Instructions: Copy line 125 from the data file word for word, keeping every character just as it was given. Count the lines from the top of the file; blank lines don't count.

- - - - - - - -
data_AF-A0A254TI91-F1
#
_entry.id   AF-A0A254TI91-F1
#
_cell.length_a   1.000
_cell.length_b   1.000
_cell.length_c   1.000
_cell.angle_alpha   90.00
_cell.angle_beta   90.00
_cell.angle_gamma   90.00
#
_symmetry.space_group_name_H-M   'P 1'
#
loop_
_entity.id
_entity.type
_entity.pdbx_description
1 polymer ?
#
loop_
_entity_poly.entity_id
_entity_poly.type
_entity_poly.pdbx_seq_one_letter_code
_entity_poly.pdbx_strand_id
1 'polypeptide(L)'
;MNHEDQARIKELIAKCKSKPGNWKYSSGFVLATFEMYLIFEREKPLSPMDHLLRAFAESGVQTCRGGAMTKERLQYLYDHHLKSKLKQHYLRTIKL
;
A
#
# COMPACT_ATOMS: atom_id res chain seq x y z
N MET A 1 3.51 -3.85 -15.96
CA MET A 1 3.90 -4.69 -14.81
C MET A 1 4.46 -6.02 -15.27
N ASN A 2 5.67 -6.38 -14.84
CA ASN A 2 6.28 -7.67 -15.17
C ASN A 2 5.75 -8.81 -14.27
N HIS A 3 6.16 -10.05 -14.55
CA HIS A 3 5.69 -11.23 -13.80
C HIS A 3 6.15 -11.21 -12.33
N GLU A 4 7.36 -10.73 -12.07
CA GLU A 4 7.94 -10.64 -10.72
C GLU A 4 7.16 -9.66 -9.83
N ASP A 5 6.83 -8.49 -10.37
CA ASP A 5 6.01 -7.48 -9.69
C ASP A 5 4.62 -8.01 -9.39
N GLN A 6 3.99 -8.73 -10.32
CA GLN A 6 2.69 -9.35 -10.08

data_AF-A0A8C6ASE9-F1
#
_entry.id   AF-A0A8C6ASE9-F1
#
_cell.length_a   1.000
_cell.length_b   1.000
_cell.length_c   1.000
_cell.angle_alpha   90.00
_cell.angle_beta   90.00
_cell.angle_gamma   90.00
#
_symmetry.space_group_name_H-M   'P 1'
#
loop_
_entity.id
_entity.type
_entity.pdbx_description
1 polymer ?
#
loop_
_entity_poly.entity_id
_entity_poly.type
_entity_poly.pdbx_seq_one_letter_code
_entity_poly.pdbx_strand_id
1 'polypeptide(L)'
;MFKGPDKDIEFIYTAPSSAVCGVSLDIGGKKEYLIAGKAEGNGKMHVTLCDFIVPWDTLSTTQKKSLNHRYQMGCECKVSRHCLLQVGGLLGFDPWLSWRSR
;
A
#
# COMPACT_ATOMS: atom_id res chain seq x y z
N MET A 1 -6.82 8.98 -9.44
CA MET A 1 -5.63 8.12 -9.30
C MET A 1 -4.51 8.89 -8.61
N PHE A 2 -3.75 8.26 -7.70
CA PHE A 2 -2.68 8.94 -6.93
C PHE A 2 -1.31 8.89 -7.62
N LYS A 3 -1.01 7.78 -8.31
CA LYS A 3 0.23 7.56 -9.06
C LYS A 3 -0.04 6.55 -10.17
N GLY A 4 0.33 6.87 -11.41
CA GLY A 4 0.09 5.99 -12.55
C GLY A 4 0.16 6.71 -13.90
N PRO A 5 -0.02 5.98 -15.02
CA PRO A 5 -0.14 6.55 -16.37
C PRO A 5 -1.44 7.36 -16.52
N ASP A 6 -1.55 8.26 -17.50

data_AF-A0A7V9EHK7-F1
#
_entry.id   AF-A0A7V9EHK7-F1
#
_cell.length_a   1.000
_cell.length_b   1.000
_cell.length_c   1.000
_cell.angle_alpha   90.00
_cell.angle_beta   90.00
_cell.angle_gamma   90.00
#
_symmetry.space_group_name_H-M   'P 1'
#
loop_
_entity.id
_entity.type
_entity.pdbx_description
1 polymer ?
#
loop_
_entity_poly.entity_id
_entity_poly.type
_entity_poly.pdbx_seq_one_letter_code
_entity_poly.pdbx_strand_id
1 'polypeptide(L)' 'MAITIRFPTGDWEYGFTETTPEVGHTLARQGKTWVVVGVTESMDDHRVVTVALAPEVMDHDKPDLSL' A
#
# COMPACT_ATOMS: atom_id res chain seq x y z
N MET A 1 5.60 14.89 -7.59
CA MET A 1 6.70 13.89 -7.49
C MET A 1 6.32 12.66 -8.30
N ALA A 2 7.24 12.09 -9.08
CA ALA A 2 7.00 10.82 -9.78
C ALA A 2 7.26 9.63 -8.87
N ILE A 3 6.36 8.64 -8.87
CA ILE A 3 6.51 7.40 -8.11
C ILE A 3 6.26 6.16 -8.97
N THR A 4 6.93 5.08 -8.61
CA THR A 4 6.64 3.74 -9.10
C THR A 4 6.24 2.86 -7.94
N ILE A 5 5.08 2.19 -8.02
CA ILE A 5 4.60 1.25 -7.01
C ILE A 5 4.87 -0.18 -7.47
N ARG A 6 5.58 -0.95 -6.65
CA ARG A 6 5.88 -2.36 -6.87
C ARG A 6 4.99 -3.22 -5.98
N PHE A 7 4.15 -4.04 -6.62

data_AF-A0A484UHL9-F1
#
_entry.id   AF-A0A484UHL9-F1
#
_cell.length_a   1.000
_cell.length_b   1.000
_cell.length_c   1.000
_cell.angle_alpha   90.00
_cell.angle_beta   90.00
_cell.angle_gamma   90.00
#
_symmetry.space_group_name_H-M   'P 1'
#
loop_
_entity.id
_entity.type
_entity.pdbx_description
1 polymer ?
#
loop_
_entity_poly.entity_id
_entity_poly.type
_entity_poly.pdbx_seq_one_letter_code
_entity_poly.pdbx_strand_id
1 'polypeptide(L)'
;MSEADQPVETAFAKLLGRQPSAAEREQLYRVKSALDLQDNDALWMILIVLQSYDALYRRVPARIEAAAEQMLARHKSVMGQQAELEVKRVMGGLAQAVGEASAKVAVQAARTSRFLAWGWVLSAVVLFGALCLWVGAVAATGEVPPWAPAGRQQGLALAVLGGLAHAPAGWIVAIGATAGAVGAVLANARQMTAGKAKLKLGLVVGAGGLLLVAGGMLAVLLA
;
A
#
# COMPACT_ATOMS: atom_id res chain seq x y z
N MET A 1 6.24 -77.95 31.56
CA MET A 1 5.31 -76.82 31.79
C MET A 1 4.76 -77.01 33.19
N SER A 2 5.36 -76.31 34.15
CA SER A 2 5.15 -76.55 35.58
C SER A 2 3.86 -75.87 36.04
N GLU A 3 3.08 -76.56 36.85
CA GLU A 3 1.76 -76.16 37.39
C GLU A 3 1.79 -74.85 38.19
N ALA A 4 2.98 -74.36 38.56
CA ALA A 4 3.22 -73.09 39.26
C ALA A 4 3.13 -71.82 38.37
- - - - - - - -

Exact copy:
CA ALA A 2 7.00 10.82 -9.78